Current Affairs

JP Morgan tells law firms to focus on gay equality

Tony Grew March 20, 2007
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One of the world’s largest financial services companies has told law firms it uses to bring their policies on gay and lesbian staff up to standard.

JP Morgan has invited 15 external law firms to attend a meeting with Stonewall next month to learn about best practice towards homosexual and bisexual staff.

The company’s assistant general counsel and managing director Tim Hailes told The Lawyer: “The firms’ commitment to this agenda will be a relevant factor [in the bank choosing them].

“It isn’t the deciding factor, but it will be taken into account as part of our assessment, and not doing it won’t be viewed positively. We want to see change.”

JP Morgan are to ask law firms to show they have policies in place to protect gay, lesbian and bisexual staff.

The company was in the top 20 firms in the Stonewall Equality Index, which rates the top empolyers for LGB people in the UK.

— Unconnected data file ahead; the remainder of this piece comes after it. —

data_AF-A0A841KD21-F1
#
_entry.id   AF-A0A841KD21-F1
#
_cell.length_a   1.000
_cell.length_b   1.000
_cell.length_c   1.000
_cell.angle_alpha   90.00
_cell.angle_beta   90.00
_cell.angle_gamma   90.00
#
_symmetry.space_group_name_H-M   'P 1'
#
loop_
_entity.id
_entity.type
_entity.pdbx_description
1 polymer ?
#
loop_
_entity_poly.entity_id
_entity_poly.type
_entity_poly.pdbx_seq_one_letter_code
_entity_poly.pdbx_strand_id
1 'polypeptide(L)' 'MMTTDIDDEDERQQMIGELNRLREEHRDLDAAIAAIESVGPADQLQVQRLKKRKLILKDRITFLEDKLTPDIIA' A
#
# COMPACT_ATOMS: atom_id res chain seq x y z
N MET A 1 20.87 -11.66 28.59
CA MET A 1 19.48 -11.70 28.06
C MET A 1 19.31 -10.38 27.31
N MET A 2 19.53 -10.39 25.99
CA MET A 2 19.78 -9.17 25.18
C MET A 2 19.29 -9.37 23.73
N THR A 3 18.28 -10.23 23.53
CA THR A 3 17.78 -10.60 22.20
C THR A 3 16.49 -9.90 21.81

“It is great to see that an organisation like JP Morgan are using their considerable financial clout to push forward equality for gay people,” a Stonewall spokesman told

“Contracting with organisations that are gay friendly is a very progressive step forward. It is also best practice. We strongly encourage that and we welcome JP Morgan showing leadership in this area.”

Stonewall’s Diversity Champions Programme now has over 200 major organisations involved in sharing good practice.

Employers work with Stonewall, and each other, to promote lesbian, gay and bisexual equality in the workplace.

In a letter to the external firms, among them some of the largest law firms in the City of London, JP Morgan’s Tim Hailes noted that the legal community is, “perceived by some to lag behind other industries.

“We believe that the seminar will provide an opportunity to discuss the issues and help to equip you with the tools to address it proactively and in line with your firm’s unique culture.”

Last year the Law Society report revealed that the “macho” culture of law firms is hindering gay and lesbian lawyers from coming out at work, fearing it will affect their career progression.

The society’s first report on the career experiences of gay and lesbian solicitors discovered “undertones of homophobia” in legal practices with employees feeling restricted by perceptions and expectations of discrimination.

The report described “constant trips to Spearmint Rhino (a lap dancing club chain), rugby matches and drinking sessions as holding undertones of homophobia.”

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